The HSMF Exploration Grant offers a unique opportunity to receive funding assistance through a program designed exclusively for ski mountaineers. Grants are awarded to projects that expand the realm of ski mountaineering through technically challenging routes or uniquely inspirational exploration. Recipients are individuals whose goals reflect Hans Saari’s belief that mountains are an integral part of the lives of the people who live amongst them and that physical achievement is only one component of the ski mountaineering experience.
For 2008, the Fund awarded four grants totaling $15,000. Expeditions visited the Kamchatka Peninsula, Alaska’s Tordrillo Mountains, and the Caucasus Range straddling the Republic of Georgia and Russia.
About the Fund… The mission of the HSMF is to foster an appreciation of skiing by promoting ski exploration and avalanche education. The Hans Saari Memorial Fund was established in 2001, following Hans Saari’s death in the French Alps. Saari had gained an international reputation as a writer and adventure columnist. He was highly regarded for his ski expeditions, many of which yielded first descents from some the world’s most challenging peaks. In addition to its Ski Exploration Program, the Fund provides avalanche education grants and scholarships and runs its Youth Ski Camps in the Tetons and the Sierras, providing young skiers mentoring opportunities with renowned ski mountaineers.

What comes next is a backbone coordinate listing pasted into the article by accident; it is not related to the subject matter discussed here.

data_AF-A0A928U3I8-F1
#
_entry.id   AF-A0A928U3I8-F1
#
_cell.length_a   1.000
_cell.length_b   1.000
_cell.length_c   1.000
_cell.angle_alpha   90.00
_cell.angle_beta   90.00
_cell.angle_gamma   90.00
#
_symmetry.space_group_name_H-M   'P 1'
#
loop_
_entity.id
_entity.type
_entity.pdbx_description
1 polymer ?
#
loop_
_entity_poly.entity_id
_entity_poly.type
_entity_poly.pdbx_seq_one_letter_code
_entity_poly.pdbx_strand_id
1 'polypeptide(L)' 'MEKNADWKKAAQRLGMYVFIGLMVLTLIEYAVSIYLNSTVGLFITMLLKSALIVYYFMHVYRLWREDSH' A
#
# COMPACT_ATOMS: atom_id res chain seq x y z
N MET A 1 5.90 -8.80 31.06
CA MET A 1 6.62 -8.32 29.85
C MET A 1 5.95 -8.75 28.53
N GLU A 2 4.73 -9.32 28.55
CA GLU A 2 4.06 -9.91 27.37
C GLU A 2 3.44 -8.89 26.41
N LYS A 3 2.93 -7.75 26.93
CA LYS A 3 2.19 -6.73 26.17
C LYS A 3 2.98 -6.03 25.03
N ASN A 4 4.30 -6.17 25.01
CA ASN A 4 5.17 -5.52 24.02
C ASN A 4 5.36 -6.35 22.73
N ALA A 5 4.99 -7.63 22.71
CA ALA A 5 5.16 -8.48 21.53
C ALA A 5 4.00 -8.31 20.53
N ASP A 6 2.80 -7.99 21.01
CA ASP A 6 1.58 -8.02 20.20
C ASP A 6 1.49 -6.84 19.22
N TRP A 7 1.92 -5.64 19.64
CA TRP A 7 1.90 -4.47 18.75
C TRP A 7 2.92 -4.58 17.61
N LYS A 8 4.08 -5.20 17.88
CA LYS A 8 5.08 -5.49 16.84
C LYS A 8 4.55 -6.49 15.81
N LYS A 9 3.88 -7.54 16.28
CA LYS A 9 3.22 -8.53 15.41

For further information contact:
Hans Saari Memorial Fund
PO Box 10478
Bozeman, MT 59719
Snow, Avalanche Incidents, Backcountry ski report
Old man winter is currently making his presence known around the country. Along with double digit snow totals in the mountains comes news of the season's first avalanche deaths. Sad news at any point in the season, the current reports offer a clear indication of current consitions in parts of the western states. you can read more about the incidents from the following links: snowbird, uac, canyons, aspen, cac, vail
The Pacific Northwest is finally getting the snow that we have been waiting for. I got out to test the conditions yesterday. Skiing was remarkably good considering that seven days ago we had about six old, crusty inches on the ground. Snowpack at five to six thousand feet on Hood varied between about 16 and 36 inches depending on aspect and terrain.